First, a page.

Japanese Language Stack Exchange is a question and answer site for students, teachers, and linguists wanting to discuss the finer points of the Japanese language. Join them; it only takes a minute:

Sign up
Here's how it works:
  1. Anybody can ask a question
  2. Anybody can answer
  3. The best answers are voted up and rise to the top

What do we call the different types of strokes of kanji/kana in Japanese?

For example, in Chinese the left-downward stroke is called 撇[piě] and the right-downward stroke is called 捺[nà]. And if I wanted to describe what looks like, I would say (in Chinese) "一个撇, 一个捺".

Are the Japanese names for strokes commonly used? I would assume so since it's a rather convenient way (for me at least) to describe what a Chinese character looks like in the absence of any writing material to show it (alternatively I could write in the air). Can I similarly describe kanji using Japanese names for the strokes?

share|improve this question
up vote 7 down vote accepted

These stroked are called 筆画, and as for kanji, it is traditionally said that there are eight types of strokes (I copied the words from the webpage that I linked below):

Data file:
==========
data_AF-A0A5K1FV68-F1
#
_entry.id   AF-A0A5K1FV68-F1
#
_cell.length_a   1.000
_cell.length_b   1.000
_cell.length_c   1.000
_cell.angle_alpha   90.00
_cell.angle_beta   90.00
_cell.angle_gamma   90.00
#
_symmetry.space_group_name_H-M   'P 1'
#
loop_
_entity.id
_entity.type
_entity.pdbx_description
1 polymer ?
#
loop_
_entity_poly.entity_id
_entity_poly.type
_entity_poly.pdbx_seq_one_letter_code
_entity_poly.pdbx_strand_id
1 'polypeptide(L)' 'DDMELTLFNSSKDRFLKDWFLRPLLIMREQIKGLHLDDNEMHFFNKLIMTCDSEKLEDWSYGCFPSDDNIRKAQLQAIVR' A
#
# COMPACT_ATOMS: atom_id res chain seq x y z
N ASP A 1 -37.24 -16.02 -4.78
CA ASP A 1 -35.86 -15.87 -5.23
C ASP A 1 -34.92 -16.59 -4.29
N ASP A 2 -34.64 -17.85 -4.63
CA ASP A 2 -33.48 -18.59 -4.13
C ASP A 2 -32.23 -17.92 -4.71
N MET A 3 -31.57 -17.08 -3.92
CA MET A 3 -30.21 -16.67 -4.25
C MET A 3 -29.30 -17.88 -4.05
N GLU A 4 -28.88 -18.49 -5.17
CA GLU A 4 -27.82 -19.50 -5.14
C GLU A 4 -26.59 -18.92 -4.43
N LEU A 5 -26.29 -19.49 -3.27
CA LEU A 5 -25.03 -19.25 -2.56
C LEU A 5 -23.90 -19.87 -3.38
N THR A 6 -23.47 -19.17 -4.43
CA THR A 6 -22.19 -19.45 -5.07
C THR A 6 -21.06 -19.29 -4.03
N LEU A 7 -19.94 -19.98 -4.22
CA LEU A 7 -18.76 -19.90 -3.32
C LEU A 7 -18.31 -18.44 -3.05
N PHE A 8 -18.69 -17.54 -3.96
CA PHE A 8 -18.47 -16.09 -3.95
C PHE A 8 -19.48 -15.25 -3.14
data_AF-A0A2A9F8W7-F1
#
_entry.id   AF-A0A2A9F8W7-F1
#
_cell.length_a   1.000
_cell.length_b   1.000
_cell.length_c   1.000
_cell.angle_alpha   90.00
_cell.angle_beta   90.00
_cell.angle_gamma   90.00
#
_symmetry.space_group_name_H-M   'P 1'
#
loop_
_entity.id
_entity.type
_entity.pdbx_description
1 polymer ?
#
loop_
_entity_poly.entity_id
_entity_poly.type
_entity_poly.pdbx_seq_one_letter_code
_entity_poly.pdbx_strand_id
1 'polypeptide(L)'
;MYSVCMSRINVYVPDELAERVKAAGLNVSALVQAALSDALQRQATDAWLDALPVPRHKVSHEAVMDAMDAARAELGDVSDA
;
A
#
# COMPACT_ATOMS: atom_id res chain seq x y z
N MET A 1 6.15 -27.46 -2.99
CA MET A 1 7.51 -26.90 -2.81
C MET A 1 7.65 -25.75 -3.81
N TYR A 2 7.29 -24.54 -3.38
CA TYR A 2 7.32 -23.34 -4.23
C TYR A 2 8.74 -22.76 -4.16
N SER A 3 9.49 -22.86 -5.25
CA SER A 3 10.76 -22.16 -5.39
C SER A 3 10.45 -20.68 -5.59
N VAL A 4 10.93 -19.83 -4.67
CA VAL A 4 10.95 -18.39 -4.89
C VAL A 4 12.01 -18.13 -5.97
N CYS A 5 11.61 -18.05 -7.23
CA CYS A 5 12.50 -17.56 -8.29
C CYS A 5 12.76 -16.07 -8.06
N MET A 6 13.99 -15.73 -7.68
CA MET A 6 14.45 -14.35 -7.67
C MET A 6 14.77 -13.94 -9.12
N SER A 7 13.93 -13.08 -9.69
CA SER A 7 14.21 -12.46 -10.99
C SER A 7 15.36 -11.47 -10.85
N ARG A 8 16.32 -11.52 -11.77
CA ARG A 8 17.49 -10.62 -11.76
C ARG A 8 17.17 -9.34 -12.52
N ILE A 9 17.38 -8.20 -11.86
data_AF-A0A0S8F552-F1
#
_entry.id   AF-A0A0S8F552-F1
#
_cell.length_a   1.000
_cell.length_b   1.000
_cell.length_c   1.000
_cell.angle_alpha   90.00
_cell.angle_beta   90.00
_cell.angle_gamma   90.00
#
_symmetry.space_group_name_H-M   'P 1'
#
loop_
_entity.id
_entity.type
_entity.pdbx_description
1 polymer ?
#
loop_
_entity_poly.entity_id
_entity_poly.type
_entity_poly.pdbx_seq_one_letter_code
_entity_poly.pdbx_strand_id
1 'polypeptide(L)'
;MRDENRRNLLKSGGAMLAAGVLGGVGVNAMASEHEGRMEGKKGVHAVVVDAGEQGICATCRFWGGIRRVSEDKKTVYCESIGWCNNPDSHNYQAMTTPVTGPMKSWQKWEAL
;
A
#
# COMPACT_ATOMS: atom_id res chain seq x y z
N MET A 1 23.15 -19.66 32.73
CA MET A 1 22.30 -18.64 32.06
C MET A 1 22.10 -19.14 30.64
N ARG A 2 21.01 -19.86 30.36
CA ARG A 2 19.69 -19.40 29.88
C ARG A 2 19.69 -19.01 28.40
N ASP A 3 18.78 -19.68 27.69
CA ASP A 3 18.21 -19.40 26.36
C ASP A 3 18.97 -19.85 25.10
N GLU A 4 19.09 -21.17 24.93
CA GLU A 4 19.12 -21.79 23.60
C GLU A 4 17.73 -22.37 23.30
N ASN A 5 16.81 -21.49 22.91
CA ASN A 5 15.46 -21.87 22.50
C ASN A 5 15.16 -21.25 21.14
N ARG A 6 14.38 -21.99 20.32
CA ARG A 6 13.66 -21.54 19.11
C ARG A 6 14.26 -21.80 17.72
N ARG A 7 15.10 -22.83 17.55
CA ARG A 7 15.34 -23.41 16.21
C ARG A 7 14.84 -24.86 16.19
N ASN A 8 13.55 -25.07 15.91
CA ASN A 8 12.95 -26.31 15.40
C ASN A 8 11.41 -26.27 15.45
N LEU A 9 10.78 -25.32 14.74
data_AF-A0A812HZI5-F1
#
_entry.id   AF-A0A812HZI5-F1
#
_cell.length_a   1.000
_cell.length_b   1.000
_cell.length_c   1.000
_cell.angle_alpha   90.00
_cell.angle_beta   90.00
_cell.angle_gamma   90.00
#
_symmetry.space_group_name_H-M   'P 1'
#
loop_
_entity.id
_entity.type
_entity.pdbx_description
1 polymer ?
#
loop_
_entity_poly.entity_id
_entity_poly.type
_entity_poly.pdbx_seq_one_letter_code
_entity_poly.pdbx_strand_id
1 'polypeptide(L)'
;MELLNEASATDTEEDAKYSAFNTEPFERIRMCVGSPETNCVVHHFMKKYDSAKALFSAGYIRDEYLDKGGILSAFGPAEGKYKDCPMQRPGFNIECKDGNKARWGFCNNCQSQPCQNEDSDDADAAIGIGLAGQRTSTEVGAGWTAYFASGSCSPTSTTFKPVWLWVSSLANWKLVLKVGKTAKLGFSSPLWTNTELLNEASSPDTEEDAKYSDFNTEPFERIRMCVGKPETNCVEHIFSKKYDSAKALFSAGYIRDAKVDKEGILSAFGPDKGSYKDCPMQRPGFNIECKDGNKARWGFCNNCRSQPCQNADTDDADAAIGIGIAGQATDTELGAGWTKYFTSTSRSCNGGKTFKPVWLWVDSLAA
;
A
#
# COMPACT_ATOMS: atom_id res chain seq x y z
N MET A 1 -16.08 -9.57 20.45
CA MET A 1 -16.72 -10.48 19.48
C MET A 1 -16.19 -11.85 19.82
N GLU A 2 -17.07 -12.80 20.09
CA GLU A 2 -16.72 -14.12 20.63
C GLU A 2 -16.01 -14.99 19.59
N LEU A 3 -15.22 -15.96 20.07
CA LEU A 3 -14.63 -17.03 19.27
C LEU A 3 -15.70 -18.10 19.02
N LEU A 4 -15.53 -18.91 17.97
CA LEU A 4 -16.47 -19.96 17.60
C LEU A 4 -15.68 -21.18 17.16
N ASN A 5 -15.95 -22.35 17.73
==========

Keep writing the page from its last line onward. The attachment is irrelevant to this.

1) 点 ([側]{ソク})  
2) 横画 ([勒]{ロク})  
3) 縦画 ([努]{ド})
4) はね, かぎ ([趯]{テキ})  
5) 左はらい ([掠]{リャク})
6) 右はらい ([磔]{タク})

7) 右上がりの横画 ([策]{サク})  
8) 短い左はらい ([啄]{タク})  

And all those eight appear in the character . This web page provides a good explanation.

Modern treatment suggests a slightly different set of strokes. According to this web page, it replaces 7 and 8 above with the following two:

9) かぎ  
10) おれ 

I think this modern set is familiar among Japanese, but when they need to refer to the kanji in the absense of a writing material, it is more common to refer to the radical (部首) or to refer to a word that includes that character (for example, 田んぼの「田」).

There are probably no such notions for kana.

share|improve this answer

Your Answer


By posting your answer, you agree to the privacy policy and terms of service.

Not the answer you're looking for? Browse other questions tagged or ask your own question.